Thursday, December 12, 2013

The Cinderella Myth, Part Two

A long time ago, in a galaxy far, far away ... oh, wait, wrong tale.

Yesterday, I blogged about the whole Cinderella thing being a myth, and how we, as women, can never magically transform into the beautiful princess without a lot of hard work. And perhaps a Pinterest mishap or two. This is more about why I have a problem with the idea of princesses, especially in terms of my young daughter.

When I was young and idealistic, I had the notion that I would not inundate my daughter with princess stuff. When my son was born, I was happy that I would not have to tell people, "No, we don't do princess stuff." The Disney princess machine was huge at this point, and I was happy with our Thomas the Train, and not having to ban princesses.

Then I had a daughter. And, by the age of two, she was naturally gravitating towards anything and everything princess.

Why, you might ask, would I have a problem with princesses?

There are two main things.

Actually three. Three main things.

1. I don't want my daughter thinking that she would need a man to swoop in and save her. She is a capable, smart, savvy person, and she can use her own brains and strengths (whether it is muscular strength or cunning and cleverness) to help herself. She does not need a dopey prince to slay any dragons for her. She can handle it herself.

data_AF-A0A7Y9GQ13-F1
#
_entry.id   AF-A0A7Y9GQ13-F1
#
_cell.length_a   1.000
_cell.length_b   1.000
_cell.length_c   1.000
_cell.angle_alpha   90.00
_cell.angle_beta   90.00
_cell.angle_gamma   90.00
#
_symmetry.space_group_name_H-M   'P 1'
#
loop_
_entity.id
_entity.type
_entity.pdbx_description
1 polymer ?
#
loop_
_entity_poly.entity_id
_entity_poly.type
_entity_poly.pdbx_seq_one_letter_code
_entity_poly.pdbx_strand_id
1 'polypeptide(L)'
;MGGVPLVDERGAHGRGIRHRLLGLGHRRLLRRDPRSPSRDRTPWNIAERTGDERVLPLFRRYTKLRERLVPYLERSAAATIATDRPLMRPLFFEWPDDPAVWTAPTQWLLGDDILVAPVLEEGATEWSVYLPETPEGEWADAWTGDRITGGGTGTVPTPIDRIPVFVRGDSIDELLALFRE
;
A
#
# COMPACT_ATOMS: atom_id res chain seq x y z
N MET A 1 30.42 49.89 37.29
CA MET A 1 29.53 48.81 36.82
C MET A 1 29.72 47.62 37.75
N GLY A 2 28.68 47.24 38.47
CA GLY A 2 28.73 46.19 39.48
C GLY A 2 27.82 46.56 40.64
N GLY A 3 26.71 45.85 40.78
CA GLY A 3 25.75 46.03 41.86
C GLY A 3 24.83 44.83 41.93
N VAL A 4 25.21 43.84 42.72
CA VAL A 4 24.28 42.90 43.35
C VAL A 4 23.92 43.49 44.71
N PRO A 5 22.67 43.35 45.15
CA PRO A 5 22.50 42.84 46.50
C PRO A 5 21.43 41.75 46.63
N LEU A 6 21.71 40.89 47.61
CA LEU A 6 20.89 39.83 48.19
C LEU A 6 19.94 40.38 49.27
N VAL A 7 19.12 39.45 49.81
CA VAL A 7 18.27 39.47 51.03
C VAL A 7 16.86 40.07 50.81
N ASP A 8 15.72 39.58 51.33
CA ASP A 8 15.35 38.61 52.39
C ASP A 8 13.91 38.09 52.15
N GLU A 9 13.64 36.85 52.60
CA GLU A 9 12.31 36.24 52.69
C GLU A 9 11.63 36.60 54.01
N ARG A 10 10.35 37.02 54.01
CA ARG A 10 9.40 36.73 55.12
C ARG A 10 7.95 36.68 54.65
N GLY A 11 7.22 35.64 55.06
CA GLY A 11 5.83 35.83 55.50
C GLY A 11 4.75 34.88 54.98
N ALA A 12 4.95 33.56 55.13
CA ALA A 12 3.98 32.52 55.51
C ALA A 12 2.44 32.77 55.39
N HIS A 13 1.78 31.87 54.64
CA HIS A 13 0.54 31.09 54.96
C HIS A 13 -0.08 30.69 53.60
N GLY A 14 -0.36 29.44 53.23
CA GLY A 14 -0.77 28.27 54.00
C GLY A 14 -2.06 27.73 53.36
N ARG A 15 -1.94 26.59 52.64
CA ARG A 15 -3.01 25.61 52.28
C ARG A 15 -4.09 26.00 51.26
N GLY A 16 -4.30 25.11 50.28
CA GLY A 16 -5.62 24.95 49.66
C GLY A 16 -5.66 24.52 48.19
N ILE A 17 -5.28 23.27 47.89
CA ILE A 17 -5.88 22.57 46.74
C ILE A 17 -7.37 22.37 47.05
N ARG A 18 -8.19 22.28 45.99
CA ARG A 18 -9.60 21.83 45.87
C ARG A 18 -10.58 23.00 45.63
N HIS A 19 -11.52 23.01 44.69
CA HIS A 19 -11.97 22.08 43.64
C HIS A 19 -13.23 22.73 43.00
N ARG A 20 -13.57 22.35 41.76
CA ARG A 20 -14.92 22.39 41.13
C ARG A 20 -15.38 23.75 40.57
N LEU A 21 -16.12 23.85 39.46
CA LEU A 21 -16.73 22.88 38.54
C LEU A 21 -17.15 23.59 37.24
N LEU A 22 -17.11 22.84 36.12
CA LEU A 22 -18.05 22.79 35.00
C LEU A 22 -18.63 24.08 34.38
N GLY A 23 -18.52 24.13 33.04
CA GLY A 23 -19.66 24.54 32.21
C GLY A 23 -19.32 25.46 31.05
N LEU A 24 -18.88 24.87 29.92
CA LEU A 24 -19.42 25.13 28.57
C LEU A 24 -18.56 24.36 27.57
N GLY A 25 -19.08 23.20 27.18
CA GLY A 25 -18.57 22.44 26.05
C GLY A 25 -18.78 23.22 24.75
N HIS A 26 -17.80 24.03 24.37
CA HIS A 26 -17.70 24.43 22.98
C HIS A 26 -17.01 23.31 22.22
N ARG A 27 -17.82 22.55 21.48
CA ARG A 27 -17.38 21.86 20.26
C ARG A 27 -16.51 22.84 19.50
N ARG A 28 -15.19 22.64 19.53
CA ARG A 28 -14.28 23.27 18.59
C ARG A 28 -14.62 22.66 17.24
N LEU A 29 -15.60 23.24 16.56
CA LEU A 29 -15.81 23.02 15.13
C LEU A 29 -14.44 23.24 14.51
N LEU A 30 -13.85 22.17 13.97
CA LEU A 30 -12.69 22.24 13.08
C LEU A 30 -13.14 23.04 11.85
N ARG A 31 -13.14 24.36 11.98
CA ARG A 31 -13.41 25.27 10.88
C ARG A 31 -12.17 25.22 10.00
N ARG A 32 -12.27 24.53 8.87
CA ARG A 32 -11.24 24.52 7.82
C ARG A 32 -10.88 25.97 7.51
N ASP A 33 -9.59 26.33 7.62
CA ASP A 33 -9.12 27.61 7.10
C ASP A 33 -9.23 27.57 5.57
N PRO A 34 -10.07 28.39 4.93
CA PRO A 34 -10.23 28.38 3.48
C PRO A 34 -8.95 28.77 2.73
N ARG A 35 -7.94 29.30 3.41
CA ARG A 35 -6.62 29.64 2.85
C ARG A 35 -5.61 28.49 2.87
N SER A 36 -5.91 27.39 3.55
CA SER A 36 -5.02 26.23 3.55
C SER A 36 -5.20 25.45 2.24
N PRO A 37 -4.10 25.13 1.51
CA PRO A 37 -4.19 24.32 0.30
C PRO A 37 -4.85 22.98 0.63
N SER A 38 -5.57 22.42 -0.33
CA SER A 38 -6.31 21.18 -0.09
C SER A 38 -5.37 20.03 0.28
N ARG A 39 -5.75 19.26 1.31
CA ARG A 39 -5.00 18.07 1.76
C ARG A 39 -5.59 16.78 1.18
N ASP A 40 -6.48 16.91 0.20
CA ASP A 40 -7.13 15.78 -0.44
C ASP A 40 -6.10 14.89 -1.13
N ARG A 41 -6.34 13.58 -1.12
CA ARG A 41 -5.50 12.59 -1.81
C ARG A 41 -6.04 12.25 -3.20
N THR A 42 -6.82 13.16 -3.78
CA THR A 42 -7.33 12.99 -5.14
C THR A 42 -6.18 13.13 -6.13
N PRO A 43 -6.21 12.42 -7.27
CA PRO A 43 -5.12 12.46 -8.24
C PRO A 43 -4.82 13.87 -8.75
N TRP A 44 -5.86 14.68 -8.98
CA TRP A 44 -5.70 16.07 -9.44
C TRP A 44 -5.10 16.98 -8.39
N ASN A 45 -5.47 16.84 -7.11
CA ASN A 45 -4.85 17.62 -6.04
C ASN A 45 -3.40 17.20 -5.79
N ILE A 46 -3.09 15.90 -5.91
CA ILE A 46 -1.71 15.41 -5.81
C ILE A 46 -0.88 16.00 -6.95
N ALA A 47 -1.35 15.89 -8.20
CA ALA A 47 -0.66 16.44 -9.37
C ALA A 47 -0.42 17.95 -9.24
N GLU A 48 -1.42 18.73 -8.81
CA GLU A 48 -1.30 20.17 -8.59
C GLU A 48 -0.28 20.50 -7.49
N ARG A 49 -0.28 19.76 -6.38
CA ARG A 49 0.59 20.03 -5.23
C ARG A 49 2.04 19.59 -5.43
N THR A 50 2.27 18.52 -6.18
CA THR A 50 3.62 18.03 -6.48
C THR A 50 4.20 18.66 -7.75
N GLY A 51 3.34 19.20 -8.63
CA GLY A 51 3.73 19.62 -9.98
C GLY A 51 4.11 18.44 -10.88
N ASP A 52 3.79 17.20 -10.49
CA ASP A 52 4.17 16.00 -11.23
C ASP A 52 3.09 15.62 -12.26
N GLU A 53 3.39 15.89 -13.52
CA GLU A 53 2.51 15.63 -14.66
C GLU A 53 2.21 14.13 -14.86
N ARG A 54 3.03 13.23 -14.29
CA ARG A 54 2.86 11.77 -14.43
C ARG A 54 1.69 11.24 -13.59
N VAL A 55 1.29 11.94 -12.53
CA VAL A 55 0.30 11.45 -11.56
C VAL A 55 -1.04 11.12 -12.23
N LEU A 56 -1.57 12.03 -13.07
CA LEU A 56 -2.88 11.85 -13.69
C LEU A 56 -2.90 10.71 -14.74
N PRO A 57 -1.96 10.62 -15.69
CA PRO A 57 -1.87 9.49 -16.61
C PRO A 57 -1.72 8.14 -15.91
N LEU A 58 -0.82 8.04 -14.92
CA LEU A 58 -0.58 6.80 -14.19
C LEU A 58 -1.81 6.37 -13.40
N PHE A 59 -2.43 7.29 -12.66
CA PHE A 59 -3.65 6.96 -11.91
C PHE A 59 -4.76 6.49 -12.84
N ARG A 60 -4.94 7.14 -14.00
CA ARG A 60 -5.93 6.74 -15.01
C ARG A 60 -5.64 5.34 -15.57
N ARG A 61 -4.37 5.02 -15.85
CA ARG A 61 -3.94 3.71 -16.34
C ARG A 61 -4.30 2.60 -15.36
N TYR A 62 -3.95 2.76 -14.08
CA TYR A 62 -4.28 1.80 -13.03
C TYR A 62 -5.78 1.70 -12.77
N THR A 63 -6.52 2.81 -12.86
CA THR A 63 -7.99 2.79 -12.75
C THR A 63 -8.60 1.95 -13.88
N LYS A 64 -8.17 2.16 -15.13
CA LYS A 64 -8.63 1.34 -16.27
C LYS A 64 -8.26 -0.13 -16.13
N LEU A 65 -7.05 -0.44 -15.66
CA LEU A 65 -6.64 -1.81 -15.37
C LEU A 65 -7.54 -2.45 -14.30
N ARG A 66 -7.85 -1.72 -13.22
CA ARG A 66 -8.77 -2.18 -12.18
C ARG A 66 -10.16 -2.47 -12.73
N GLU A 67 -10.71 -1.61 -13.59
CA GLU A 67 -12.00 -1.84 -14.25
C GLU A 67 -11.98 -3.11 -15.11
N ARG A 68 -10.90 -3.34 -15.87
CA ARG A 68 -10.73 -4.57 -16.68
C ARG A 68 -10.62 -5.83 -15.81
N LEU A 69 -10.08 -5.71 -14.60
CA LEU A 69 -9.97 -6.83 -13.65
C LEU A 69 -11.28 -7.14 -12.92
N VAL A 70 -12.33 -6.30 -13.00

2. I don't want my daughter thinking that it is as simple as "and they all lived happily ever after." It is not that simple. Marriage, and life in general, take a lot of hard work. There is no fairy tale ending. Even when people are happy together, it is because they have worked hard at it.

3. This is the big one. There are women who proclaim themselves "princesses." You see them on reality TV shows like Bridezillas, Real Housewives, Dance Moms and Say Yes to the Dress. There is a whole generation of women who feel that they should be treated as royalty at all times. These are horrible, horrible women. I do not EVER want my daughter prancing around with this sense of entitlement and attitude. Respect and good treatment are not givens. They are earned through good deeds, kindness and selflessness. I do not want my daughter thinking that she deserves some kind of special treatment just because she is.

I hope that through my behavior and actions, I am steering her on the right course. She, at the age of 6, has informed me that she is "soooo over princesses." However, at the age of 5, she was certainly happy to partake in the princess makeover at the Bippidi Boppidi Boutique in Disney World. It was her birthday surprise, and she did love it. She also loved that, for that day, every person we walked by wished her happy birthday. It was her birthday, and she certainly did feel special. She did not expect the same treatment afterwards (although I think her 6th birthday was a bit of a let down). I hope that she is well liked and respected, not because of her clothes or sparkles, but because of her sparking wit and clever ideas. Those gems are as rare as the crown jewels.

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